Global institute adds faculty, new focus

Jake Kapsner

Recognizing a globalized political and economic world, the University expanded student resources in July with the Institute for Global Studies, replacing the University’s 16-year-old Institute of International Studies.
“We want people to know it’s more than just a name change,” said Gloria Goodwin Raheja, institute director.
A more coherent, global intellectual approach and added resources in the form of faculty are the two big changes, said assistant director Evelyn B. Davidheiser.
Newly allocated resources from the College of Liberal Arts means that, for the first time, the institute will have its own faculty appointments to help instruct and advise some 400 students pursuing one of two majors housed in the department in the Social Sciences building on the West Bank, Raheja said.
The impetus for change came from a task force appointed by Steve Rosenstone, dean of the College of Liberal Arts, Raheja said.
Charged with the task of improving the college’s international education, the task force advocated creating faculty positions with a global studies focus as part of the institute’s transformation.
Programs of old were largely delivered by teaching assistants, but now some of the college’s best faculty members will step in, Rosenstone said.
Three first-time openings for joint positions in both the institute and the respective departments of anthropology, history and geography have been announced. Officials expect further appointments in coming years.
“We think this represents a real commitment to international education across the college,” not just in the institute, said Raheja, who is also an associate professor of anthropology.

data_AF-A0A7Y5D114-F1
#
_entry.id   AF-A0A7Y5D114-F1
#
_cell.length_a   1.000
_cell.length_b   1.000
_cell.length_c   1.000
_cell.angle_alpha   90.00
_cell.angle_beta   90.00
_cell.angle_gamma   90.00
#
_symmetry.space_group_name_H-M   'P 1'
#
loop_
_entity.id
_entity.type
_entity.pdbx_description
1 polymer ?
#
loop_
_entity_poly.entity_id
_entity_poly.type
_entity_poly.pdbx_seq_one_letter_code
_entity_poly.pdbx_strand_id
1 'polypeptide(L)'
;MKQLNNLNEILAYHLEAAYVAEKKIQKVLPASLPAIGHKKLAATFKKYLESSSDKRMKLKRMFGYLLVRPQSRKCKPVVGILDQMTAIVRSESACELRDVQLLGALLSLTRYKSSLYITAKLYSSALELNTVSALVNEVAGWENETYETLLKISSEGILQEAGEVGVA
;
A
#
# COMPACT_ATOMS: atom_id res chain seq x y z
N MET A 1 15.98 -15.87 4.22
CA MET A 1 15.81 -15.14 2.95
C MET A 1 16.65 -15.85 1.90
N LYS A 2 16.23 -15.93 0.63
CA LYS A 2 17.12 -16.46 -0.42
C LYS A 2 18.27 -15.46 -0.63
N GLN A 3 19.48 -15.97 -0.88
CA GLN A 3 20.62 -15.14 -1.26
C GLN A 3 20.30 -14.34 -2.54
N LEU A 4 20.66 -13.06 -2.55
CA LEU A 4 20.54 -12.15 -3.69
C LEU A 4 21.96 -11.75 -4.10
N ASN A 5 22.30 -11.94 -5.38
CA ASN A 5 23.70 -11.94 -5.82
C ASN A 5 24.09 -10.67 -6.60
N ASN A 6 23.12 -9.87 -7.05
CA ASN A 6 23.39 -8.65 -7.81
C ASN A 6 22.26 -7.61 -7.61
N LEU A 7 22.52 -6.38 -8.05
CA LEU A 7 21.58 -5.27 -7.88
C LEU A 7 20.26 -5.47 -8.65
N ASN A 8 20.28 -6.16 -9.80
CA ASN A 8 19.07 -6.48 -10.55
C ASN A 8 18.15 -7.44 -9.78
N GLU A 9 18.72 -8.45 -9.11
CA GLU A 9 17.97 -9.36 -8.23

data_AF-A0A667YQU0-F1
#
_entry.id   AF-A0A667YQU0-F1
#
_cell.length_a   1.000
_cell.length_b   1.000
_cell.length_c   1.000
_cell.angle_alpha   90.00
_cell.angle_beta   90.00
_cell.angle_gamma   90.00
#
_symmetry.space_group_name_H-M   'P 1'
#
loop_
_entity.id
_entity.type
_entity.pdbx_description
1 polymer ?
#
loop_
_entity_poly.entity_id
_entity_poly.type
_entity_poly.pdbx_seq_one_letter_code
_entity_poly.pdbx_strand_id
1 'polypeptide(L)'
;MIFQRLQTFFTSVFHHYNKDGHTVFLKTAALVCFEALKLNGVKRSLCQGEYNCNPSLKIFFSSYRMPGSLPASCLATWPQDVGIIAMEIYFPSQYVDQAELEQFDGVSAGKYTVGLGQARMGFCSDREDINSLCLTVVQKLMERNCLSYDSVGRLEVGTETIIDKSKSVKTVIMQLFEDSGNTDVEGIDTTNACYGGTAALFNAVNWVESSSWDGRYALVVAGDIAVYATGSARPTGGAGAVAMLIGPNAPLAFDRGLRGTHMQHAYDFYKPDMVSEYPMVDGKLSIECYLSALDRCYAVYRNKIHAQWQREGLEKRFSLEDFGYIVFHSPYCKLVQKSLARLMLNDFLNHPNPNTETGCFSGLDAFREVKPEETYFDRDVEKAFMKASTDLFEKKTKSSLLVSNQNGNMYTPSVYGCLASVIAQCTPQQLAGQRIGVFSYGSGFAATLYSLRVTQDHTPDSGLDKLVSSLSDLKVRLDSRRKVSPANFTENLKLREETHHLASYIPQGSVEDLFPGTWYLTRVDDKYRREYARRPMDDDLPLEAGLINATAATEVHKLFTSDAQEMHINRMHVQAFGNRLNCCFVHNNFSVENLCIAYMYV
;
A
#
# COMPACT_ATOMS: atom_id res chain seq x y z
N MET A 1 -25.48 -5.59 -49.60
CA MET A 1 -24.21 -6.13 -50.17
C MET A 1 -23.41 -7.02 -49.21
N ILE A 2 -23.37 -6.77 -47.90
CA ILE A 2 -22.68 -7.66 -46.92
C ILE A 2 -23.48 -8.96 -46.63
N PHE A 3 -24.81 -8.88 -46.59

Raheja encouraged undergraduate students to help interview the final candidates for faculty positions this winter. While graduate level students typically join that feeling-out process, she emphasized in this case undergraduates will be most affected.
That’s because over the next two years, new programs will be phased into the institute’s curriculum now home to International Relations and Area Studies majors. The latter major emphasizes six world regions: East Asian, European, Latin American, Russian Area and South Asian and Middle Eastern Studies.
“Right now there’s a division between International Relations and Area Studies,” Rosenstone said. “The task force decided that didn’t make sense.”
But students majoring or planning to major in those areas needn’t worry, officials said. The old system will remain as a new program track is gradually created. The new institute aims to immerse students in a broader global curriculum while allowing them to retain the option of a regionally focused major, Raheja said.
In the fall of 1999, the institute will also sponsor a 60-student residence hall for American and international students called the Global Studies House. The home will offer University new-comers an early sense of study abroad options, hold a film series and host faculty dinners.
On the Institute’s hotplate this week are two speakers in a year-long lecture series.
Ashis Nandy, a high-profile public scholar from India, lectures on “the Invisible Holocaust: The Violence in South Asia in 1946-48” on Friday in the Humphrey Center.
Fellow Indian Arjun Apadurai, a professor from the University of Chicago, speaks about “Predatory Identities in the Era of Globalization” on Oct. 2 in the Humphrey Center.
Both events are free and open to the public.